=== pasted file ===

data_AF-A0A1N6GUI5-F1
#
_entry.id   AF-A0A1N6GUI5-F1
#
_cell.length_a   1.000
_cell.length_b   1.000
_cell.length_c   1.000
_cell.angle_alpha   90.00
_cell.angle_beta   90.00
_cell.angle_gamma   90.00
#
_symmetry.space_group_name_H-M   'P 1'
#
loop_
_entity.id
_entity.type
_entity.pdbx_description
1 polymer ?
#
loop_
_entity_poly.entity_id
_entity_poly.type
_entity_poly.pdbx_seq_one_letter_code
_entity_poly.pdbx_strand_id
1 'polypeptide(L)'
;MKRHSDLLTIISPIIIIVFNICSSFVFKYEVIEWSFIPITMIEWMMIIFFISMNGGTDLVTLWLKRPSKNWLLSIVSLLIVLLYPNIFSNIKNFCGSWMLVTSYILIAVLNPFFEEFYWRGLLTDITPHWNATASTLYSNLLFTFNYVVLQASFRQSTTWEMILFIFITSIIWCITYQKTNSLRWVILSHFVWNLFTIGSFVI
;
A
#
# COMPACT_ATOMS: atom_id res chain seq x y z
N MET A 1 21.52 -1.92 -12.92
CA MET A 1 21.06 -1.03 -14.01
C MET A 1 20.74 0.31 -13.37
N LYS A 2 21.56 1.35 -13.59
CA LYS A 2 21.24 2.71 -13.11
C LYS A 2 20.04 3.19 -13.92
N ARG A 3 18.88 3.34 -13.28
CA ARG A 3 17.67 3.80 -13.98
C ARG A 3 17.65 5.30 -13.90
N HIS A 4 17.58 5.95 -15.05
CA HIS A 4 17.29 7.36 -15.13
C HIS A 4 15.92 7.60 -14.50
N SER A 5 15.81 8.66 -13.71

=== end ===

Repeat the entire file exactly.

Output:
data_AF-A0A1N6GUI5-F1
#
_entry.id   AF-A0A1N6GUI5-F1
#
_cell.length_a   1.000
_cell.length_b   1.000
_cell.length_c   1.000
_cell.angle_alpha   90.00
_cell.angle_beta   90.00
_cell.angle_gamma   90.00
#
_symmetry.space_group_name_H-M   'P 1'
#
loop_
_entity.id
_entity.type
_entity.pdbx_description
1 polymer ?
#
loop_
_entity_poly.entity_id
_entity_poly.type
_entity_poly.pdbx_seq_one_letter_code
_entity_poly.pdbx_strand_id
1 'polypeptide(L)'
;MKRHSDLLTIISPIIIIVFNICSSFVFKYEVIEWSFIPITMIEWMMIIFFISMNGGTDLVTLWLKRPSKNWLLSIVSLLIVLLYPNIFSNIKNFCGSWMLVTSYILIAVLNPFFEEFYWRGLLTDITPHWNATASTLYSNLLFTFNYVVLQASFRQSTTWEMILFIFITSIIWCITYQKTNSLRWVILSHFVWNLFTIGSFVI
;
A
#
# COMPACT_ATOMS: atom_id res chain seq x y z
N MET A 1 21.52 -1.92 -12.92
CA MET A 1 21.06 -1.03 -14.01
C MET A 1 20.74 0.31 -13.37
N LYS A 2 21.56 1.35 -13.59
CA LYS A 2 21.24 2.71 -13.11
C LYS A 2 20.04 3.19 -13.92
N ARG A 3 18.88 3.34 -13.28
CA ARG A 3 17.67 3.80 -13.98
C ARG A 3 17.65 5.30 -13.90
N HIS A 4 17.58 5.95 -15.05
CA HIS A 4 17.29 7.36 -15.13
C HIS A 4 15.92 7.60 -14.50
N SER A 5 15.81 8.66 -13.71